It's More than Seeing Stars: February is Low Vision Awareness MonthFebruary 26, 2023
STEVENS POINT, WIS - What comes to mind when you hear the word "concussion?" A player getting his on the football field? Slipping on the ice and bumping your head? Colliding with the steering wheel during an auto accident?
Concussions have been getting a lot of attention lately, and for good reason. According to the University of Pittsburgh Medical Center’s latest research, approximately 1 in 5 adults claim to have had at least one concussion. Of those respondents, 25 percent were between the ages of 18 and 24, and only about 30 percent sought medical care.
A concussion is a mild traumatic brain injury, during which a sudden movement - such as a direct or indirect hit - causes the brain to move quickly back and forth within the skull. This movement causes disruption of brain cells and chemical changes within the brain.
The onset of symptoms following a concussion can be immediate or delayed. Symptoms of a concussion can include headache, dizziness, fatigue, nausea, sensitivity to light and/or noise, cognitive challenges such as difficulty with memory, focus, or processing, speech challenges, depression or irritability, and more often than not, visual changes.
“Changes in vision have been documented in approximately 70 percent of patients with concussion,” said Amanda Whipple, Aspirus occupational therapist and one of just five OTs in Wisconsin with a specialty certification in low vision rehabilitation.
Jason Duir of Schofield experienced many of these symptoms after hitting his head in a car accident in December. For weeks, his blurred vision, dizziness, and severe light sensitivity left him spending all day in a dark room. “I couldn’t even watch TV or look at my cell phone without losing my balance,” said Duir.
According to Whipple, the best approach to recovering from a concussion is enlisting a team of medical professionals specially trained in helping the brain heal. “After being assessed by a medical provider for the concussion and seeking additional resources as needed, a great way to help alleviate your visual symptoms and help restore normal function is through occupational therapy, specifically low vision rehabilitation.”
Fortunately, Duir was referred to Whipple and on January 5, began his weekly low vision rehab appointments at Aspirus Plover Clinic-Plover Road. Today, he is “feeling fantastic” and reports being about 96 percent recovered. “I still have a little light sensitivity and a little dizziness doing certain things; but I feel a lot better.” He highly recommends low vision rehab to anyone who has experienced a head injury.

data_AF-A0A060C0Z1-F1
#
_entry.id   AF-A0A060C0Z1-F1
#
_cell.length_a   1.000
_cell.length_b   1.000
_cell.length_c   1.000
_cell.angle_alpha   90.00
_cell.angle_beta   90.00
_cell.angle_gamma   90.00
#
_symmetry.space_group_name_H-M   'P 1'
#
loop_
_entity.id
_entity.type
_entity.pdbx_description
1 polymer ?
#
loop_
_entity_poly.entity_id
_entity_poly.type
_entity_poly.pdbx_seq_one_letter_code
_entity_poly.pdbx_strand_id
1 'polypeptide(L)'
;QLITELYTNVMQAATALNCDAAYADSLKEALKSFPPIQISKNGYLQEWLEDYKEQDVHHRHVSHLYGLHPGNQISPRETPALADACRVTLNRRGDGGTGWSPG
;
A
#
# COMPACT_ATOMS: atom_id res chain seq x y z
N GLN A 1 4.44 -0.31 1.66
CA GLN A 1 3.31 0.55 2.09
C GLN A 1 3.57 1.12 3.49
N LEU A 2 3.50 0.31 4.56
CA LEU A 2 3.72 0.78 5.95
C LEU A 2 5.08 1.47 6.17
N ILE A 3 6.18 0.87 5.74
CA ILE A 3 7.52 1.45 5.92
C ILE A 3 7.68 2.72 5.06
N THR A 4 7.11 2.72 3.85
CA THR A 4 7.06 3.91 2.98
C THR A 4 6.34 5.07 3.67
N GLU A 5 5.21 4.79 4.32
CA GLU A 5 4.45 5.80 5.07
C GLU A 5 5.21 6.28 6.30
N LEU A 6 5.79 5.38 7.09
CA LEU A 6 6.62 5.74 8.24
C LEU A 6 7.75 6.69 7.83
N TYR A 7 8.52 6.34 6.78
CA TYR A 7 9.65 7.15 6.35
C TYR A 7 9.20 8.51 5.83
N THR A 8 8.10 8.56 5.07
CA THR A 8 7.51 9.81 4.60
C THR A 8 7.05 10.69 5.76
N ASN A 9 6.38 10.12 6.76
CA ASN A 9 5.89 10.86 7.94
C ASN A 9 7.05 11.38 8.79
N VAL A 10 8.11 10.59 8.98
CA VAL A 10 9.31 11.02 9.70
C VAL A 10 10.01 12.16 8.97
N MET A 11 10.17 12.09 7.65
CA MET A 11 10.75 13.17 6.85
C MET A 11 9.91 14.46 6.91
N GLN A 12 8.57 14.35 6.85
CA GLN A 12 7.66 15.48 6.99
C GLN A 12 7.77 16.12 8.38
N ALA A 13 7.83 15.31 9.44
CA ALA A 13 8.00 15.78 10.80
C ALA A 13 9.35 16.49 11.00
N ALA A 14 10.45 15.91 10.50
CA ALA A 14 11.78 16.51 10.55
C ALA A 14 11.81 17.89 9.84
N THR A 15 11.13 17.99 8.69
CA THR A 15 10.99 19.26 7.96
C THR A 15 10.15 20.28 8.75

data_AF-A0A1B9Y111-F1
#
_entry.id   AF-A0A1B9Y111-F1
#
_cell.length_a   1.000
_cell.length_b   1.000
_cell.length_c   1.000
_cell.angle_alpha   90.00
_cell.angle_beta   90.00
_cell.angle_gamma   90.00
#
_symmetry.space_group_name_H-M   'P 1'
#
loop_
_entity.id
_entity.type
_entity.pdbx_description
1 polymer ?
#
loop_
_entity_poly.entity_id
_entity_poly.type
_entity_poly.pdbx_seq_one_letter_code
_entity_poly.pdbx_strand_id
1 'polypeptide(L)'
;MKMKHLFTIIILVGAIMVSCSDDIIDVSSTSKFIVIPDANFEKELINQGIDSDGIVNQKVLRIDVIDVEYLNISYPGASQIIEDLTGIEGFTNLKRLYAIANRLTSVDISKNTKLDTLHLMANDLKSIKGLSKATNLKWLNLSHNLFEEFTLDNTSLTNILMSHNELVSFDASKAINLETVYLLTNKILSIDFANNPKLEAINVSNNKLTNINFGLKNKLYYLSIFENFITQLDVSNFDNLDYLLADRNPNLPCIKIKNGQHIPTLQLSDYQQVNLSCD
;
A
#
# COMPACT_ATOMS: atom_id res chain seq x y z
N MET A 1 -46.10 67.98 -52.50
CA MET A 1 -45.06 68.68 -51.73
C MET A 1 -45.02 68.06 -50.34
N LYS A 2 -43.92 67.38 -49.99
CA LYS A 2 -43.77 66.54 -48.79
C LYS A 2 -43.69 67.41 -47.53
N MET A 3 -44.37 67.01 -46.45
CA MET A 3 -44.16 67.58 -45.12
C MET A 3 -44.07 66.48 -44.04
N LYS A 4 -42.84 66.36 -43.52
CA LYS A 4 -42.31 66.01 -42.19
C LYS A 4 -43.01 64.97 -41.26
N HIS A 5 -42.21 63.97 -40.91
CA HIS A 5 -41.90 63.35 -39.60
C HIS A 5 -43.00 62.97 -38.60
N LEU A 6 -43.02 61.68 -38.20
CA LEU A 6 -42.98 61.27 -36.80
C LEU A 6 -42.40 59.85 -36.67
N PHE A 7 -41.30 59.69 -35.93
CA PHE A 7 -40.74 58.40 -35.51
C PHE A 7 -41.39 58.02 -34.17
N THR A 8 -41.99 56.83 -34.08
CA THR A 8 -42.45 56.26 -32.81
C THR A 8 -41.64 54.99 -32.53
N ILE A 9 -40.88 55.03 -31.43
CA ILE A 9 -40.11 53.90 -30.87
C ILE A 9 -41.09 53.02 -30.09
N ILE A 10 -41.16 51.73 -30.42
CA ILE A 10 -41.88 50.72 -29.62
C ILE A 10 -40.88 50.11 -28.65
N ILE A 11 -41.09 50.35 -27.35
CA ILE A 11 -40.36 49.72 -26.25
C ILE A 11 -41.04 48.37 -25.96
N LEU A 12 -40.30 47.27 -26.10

In addition to treating concussion patients, Whipple also helps individuals who are living with low vision due to age-related macular degeneration, stroke, brain injury, diabetic retinopathy, cataract, and glaucoma.
“We work directly with the part of the brain that controls visual perception and awareness of where you are in space,” said Whipple. “We also help your eyes be able to tolerate visual activities such as looking at your computer at work or school, scanning the road while driving, and tolerating those trips to the grocery store. It is possible to live life to its fullest once again, with the right team of professionals on your side.”
To learn more about low vision rehabilitation with Amanda Whipple, call Aspirus Plover Clinic-Plover Road at 715-295-3800.
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Aspirus Health is a non-profit, community-directed health system based in Wausau, Wisconsin. Its 11,000 employees are focused on improving the health and well-being of people throughout Wisconsin and Upper Michigan. Aspirus serves communities through four hospitals in Michigan and 13 hospitals in Wisconsin, 75 clinics, home health and hospice care, pharmacies, critical care and air-medical transport, medical goods, nursing homes and a broad network of physicians. For more information, visit aspirus.org.Contact:Tami Barber, Regional Communications & Engagement Leadtami.email@example.com, (715) 421-7547